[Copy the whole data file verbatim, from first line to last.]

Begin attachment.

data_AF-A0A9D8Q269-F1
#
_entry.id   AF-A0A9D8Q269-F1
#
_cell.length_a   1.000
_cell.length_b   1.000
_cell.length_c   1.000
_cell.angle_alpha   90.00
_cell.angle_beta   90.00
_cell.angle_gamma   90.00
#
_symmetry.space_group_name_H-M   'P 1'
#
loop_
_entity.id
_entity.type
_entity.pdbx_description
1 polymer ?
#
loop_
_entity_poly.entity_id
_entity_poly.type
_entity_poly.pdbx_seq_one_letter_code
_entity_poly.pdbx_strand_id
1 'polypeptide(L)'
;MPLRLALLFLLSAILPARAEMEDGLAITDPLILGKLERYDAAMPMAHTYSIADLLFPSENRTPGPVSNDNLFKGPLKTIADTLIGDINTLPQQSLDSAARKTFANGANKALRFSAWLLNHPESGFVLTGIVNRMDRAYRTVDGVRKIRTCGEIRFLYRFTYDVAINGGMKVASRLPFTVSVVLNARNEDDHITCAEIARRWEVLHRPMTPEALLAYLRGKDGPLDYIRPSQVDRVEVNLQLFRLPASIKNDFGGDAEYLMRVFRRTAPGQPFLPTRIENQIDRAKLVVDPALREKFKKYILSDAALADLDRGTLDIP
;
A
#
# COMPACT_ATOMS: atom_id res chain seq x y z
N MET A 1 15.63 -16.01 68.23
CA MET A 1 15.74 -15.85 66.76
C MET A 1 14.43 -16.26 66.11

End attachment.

data_AF-A0A9D8Q269-F1
#
_entry.id   AF-A0A9D8Q269-F1
#
_cell.length_a   1.000
_cell.length_b   1.000
_cell.length_c   1.000
_cell.angle_alpha   90.00
_cell.angle_beta   90.00
_cell.angle_gamma   90.00
#
_symmetry.space_group_name_H-M   'P 1'
#
loop_
_entity.id
_entity.type
_entity.pdbx_description
1 polymer ?
#
loop_
_entity_poly.entity_id
_entity_poly.type
_entity_poly.pdbx_seq_one_letter_code
_entity_poly.pdbx_strand_id
1 'polypeptide(L)'
;MPLRLALLFLLSAILPARAEMEDGLAITDPLILGKLERYDAAMPMAHTYSIADLLFPSENRTPGPVSNDNLFKGPLKTIADTLIGDINTLPQQSLDSAARKTFANGANKALRFSAWLLNHPESGFVLTGIVNRMDRAYRTVDGVRKIRTCGEIRFLYRFTYDVAINGGMKVASRLPFTVSVVLNARNEDDHITCAEIARRWEVLHRPMTPEALLAYLRGKDGPLDYIRPSQVDRVEVNLQLFRLPASIKNDFGGDAEYLMRVFRRTAPGQPFLPTRIENQIDRAKLVVDPALREKFKKYILSDAALADLDRGTLDIP
;
A
#
# COMPACT_ATOMS: atom_id res chain seq x y z
N MET A 1 15.63 -16.01 68.23
CA MET A 1 15.74 -15.85 66.76
C MET A 1 14.43 -16.26 66.11